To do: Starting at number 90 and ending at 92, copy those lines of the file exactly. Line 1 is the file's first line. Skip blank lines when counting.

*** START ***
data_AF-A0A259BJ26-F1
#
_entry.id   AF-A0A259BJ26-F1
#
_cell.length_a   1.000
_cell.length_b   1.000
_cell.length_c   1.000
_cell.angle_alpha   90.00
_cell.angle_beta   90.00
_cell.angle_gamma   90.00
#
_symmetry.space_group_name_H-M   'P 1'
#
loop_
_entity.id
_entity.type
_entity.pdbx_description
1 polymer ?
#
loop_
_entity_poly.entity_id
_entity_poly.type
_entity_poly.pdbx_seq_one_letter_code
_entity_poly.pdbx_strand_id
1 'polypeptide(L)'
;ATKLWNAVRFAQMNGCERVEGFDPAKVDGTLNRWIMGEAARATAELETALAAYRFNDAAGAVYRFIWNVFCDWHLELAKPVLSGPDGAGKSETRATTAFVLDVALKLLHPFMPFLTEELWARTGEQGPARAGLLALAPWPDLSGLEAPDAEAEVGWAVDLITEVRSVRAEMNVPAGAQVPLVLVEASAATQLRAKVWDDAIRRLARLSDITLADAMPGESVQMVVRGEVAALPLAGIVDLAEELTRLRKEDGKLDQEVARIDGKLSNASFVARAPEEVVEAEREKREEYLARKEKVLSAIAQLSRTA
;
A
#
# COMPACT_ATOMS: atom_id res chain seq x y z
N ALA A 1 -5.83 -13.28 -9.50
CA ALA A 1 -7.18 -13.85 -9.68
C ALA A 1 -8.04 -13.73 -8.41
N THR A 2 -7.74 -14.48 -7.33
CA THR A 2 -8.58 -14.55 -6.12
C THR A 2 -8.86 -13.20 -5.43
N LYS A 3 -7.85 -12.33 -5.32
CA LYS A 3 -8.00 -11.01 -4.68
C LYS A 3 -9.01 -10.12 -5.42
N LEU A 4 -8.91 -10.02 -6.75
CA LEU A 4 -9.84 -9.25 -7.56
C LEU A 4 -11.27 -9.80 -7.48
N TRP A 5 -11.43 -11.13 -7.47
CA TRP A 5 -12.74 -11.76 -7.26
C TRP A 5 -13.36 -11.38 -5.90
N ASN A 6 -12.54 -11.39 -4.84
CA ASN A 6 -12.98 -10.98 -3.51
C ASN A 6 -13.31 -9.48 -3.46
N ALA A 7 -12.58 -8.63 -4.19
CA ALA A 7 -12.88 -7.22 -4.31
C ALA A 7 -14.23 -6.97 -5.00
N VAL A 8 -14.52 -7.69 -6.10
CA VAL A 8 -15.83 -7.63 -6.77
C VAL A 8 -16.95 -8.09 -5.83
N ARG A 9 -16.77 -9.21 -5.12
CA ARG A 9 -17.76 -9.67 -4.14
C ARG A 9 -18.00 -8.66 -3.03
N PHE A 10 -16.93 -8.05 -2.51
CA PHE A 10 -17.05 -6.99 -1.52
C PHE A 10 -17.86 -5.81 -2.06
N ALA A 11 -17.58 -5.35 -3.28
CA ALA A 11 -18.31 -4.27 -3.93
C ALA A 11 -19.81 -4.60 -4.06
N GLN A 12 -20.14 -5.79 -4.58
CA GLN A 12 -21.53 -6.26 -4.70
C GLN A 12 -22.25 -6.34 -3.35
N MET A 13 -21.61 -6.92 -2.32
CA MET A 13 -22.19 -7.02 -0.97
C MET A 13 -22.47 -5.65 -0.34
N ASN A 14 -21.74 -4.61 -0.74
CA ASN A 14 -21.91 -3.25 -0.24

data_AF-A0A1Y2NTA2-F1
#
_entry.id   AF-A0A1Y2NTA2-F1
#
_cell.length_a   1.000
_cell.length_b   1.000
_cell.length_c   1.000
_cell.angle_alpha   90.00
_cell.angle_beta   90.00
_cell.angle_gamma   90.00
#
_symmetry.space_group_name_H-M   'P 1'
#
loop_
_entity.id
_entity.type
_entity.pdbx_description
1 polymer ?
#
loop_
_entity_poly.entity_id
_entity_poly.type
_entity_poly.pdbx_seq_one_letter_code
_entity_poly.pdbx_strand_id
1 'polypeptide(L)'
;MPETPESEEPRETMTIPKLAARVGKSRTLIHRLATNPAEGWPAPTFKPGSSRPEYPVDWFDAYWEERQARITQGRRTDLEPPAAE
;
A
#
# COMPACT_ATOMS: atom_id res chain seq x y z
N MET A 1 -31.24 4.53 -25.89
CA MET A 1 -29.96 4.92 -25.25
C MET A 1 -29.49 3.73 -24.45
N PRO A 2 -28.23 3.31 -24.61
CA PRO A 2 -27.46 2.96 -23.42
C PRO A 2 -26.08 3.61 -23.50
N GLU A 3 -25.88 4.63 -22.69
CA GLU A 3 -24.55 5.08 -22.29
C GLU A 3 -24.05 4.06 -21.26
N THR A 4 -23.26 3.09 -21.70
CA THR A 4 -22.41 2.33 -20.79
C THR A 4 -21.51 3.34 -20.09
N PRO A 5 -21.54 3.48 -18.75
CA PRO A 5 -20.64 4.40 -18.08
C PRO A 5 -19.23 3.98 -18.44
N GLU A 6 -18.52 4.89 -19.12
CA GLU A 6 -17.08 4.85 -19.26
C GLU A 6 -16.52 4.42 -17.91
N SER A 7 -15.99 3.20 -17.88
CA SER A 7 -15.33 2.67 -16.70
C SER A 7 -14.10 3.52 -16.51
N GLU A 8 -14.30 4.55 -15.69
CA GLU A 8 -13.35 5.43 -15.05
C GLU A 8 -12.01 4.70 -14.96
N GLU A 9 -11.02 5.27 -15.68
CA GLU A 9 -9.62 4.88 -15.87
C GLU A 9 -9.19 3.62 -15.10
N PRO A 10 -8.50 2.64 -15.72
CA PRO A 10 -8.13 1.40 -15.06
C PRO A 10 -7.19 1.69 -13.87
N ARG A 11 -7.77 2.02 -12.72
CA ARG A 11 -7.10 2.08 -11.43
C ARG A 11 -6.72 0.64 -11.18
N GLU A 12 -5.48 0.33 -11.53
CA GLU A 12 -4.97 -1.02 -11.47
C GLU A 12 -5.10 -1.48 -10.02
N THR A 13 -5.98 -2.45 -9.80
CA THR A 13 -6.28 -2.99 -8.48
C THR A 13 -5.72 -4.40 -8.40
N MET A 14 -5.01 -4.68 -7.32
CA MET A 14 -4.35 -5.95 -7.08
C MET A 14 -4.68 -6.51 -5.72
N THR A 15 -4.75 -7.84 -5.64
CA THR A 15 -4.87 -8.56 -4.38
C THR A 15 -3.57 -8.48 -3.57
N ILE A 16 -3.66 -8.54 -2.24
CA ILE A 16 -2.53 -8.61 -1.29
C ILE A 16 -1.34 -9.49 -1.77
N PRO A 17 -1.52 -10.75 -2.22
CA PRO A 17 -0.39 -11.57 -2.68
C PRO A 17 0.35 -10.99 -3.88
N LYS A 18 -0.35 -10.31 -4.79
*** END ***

#
loop_
_entity_poly.entity_id